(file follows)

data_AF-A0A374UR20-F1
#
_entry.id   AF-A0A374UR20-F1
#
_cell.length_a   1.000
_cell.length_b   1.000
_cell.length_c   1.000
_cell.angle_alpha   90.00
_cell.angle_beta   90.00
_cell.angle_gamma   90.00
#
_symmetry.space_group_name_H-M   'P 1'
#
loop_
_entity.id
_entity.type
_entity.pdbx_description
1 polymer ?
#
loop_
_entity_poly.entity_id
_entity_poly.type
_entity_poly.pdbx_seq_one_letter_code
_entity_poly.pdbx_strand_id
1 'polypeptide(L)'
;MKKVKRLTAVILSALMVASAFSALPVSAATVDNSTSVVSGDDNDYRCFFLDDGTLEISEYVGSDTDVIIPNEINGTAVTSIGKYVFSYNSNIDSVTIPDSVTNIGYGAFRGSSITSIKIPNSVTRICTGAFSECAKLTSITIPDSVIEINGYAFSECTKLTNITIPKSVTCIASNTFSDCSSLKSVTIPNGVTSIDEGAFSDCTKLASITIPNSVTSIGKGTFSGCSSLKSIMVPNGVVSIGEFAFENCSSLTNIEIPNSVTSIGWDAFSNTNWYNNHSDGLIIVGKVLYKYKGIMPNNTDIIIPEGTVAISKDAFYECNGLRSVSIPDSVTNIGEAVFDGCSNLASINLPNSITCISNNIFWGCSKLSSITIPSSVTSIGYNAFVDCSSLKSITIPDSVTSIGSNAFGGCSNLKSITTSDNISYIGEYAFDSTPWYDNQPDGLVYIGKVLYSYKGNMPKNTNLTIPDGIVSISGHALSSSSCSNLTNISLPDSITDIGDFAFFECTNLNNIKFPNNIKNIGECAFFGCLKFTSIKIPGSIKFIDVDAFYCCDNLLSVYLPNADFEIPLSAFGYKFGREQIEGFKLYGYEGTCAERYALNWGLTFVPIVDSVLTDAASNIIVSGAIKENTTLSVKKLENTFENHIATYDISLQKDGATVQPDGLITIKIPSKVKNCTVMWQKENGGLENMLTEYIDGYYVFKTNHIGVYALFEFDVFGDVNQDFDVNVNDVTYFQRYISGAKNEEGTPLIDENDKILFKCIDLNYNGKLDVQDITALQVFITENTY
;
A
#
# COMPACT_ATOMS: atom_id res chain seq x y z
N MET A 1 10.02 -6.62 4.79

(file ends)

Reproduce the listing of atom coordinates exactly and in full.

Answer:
data_AF-A0A374UR20-F1
#
_entry.id   AF-A0A374UR20-F1
#
_cell.length_a   1.000
_cell.length_b   1.000
_cell.length_c   1.000
_cell.angle_alpha   90.00
_cell.angle_beta   90.00
_cell.angle_gamma   90.00
#
_symmetry.space_group_name_H-M   'P 1'
#
loop_
_entity.id
_entity.type
_entity.pdbx_description
1 polymer ?
#
loop_
_entity_poly.entity_id
_entity_poly.type
_entity_poly.pdbx_seq_one_letter_code
_entity_poly.pdbx_strand_id
1 'polypeptide(L)'
;MKKVKRLTAVILSALMVASAFSALPVSAATVDNSTSVVSGDDNDYRCFFLDDGTLEISEYVGSDTDVIIPNEINGTAVTSIGKYVFSYNSNIDSVTIPDSVTNIGYGAFRGSSITSIKIPNSVTRICTGAFSECAKLTSITIPDSVIEINGYAFSECTKLTNITIPKSVTCIASNTFSDCSSLKSVTIPNGVTSIDEGAFSDCTKLASITIPNSVTSIGKGTFSGCSSLKSIMVPNGVVSIGEFAFENCSSLTNIEIPNSVTSIGWDAFSNTNWYNNHSDGLIIVGKVLYKYKGIMPNNTDIIIPEGTVAISKDAFYECNGLRSVSIPDSVTNIGEAVFDGCSNLASINLPNSITCISNNIFWGCSKLSSITIPSSVTSIGYNAFVDCSSLKSITIPDSVTSIGSNAFGGCSNLKSITTSDNISYIGEYAFDSTPWYDNQPDGLVYIGKVLYSYKGNMPKNTNLTIPDGIVSISGHALSSSSCSNLTNISLPDSITDIGDFAFFECTNLNNIKFPNNIKNIGECAFFGCLKFTSIKIPGSIKFIDVDAFYCCDNLLSVYLPNADFEIPLSAFGYKFGREQIEGFKLYGYEGTCAERYALNWGLTFVPIVDSVLTDAASNIIVSGAIKENTTLSVKKLENTFENHIATYDISLQKDGATVQPDGLITIKIPSKVKNCTVMWQKENGGLENMLTEYIDGYYVFKTNHIGVYALFEFDVFGDVNQDFDVNVNDVTYFQRYISGAKNEEGTPLIDENDKILFKCIDLNYNGKLDVQDITALQVFITENTY
;
A
#
# COMPACT_ATOMS: atom_id res chain seq x y z
N MET A 1 10.02 -6.62 4.79